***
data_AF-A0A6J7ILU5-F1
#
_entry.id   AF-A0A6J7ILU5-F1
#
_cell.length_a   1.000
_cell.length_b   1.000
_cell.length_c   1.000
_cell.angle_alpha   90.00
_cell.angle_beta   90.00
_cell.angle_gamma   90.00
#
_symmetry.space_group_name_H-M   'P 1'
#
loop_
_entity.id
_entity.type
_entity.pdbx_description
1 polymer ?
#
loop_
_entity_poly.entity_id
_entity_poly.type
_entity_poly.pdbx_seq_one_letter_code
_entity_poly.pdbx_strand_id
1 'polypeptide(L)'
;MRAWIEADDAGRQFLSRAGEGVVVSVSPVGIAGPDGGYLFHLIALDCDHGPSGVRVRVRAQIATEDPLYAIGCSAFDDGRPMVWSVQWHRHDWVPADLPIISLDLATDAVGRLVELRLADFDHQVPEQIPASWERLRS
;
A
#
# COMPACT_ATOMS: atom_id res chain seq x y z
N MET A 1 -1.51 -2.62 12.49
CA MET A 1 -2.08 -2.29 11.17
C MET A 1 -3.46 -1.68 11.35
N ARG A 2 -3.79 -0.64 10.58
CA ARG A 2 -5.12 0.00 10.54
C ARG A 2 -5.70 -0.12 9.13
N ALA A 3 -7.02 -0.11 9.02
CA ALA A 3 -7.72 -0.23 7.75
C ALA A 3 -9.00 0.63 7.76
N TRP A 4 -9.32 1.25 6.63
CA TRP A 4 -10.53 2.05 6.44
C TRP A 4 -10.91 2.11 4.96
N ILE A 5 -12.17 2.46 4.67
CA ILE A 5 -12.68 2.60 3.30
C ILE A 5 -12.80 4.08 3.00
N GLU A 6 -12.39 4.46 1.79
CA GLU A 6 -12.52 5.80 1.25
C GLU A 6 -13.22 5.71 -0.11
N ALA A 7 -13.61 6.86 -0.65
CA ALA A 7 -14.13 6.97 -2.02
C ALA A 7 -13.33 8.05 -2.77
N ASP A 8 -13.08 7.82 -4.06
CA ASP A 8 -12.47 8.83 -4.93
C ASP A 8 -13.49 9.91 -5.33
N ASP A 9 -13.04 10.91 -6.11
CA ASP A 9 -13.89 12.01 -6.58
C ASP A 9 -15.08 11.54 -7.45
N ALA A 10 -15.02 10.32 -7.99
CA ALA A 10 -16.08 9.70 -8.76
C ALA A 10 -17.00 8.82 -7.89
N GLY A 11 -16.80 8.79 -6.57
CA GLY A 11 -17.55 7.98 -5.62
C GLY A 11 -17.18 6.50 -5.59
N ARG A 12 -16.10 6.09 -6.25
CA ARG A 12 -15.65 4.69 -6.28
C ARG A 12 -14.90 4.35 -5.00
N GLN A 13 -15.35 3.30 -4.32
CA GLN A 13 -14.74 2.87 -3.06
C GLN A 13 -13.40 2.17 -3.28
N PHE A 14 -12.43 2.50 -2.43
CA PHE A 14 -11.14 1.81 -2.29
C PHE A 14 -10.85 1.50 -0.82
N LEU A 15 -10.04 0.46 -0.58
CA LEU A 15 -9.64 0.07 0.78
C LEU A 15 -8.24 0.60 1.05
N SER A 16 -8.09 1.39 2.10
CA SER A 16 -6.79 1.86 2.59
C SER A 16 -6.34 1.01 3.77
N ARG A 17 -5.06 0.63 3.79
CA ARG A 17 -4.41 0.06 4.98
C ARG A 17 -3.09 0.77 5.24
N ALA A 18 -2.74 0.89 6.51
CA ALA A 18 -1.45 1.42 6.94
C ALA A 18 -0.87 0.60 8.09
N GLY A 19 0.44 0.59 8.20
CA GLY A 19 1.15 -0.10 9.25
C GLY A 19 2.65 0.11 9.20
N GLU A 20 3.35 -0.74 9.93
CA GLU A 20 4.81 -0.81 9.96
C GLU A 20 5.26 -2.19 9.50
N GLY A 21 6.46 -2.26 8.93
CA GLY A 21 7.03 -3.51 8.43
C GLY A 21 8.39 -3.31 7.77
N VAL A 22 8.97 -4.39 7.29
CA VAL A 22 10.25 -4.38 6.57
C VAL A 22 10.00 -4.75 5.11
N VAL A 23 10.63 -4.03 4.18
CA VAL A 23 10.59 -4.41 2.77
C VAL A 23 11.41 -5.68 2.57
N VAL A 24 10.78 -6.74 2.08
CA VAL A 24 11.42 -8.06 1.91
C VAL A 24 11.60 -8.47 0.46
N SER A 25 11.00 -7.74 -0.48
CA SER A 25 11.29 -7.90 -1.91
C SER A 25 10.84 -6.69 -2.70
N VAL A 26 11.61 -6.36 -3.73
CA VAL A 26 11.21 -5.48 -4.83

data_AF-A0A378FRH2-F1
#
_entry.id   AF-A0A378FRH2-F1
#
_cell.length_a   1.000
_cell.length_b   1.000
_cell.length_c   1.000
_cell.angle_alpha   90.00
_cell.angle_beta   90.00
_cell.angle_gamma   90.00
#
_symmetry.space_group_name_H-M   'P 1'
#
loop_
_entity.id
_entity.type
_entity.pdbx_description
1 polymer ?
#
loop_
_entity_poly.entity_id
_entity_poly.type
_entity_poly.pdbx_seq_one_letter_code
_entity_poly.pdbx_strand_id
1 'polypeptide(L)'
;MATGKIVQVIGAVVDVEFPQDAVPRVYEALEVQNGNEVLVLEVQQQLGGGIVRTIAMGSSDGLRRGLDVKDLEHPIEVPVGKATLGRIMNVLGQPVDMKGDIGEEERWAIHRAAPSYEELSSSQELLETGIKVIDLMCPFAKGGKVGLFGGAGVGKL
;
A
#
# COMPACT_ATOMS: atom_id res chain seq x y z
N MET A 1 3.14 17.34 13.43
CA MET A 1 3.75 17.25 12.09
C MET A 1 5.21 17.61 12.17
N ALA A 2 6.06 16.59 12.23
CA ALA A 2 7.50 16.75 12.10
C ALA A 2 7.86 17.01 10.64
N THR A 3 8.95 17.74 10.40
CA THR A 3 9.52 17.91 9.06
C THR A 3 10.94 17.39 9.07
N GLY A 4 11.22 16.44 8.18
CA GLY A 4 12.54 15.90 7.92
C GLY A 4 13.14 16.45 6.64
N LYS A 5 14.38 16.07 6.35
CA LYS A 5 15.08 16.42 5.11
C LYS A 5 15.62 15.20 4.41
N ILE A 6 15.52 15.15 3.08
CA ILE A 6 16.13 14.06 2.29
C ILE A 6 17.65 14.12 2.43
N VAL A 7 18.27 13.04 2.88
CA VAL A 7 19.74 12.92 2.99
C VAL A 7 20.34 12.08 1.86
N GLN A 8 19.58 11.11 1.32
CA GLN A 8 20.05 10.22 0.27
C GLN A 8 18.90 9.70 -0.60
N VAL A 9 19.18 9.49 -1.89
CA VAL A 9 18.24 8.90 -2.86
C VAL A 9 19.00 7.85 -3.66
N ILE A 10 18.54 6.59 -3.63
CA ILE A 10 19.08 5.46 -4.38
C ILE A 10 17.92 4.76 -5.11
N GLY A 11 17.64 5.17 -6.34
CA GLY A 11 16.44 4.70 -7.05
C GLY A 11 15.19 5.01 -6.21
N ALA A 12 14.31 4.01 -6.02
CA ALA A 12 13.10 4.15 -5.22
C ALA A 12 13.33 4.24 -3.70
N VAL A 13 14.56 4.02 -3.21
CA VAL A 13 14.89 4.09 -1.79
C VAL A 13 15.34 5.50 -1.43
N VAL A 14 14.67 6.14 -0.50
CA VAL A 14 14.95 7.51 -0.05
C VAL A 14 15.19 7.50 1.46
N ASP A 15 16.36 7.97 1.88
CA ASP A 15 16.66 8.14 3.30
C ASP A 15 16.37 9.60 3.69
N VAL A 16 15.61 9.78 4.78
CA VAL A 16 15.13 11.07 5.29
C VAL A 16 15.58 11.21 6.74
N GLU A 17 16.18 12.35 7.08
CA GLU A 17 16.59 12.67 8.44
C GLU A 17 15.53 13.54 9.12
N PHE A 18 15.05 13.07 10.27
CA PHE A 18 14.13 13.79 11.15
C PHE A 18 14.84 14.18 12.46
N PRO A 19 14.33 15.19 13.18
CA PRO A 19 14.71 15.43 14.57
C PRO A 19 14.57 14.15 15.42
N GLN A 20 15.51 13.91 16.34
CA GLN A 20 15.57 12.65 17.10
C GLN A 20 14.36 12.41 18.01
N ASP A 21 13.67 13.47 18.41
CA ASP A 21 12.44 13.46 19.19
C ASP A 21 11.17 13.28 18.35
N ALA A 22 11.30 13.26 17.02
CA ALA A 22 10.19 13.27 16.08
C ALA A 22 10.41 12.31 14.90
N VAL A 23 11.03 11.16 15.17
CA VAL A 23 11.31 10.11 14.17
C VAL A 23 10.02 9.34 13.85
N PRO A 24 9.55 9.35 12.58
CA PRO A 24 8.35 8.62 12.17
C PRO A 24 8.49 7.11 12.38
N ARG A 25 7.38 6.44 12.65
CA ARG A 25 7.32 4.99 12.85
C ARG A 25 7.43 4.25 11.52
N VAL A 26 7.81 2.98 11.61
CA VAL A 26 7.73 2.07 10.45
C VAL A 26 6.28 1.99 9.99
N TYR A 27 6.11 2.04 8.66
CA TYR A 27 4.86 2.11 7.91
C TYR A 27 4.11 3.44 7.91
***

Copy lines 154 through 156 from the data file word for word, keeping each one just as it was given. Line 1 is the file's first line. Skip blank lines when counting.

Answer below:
CA ILE A 6 16.13 14.06 2.29
C ILE A 6 17.65 14.12 2.43
N VAL A 7 18.27 13.04 2.88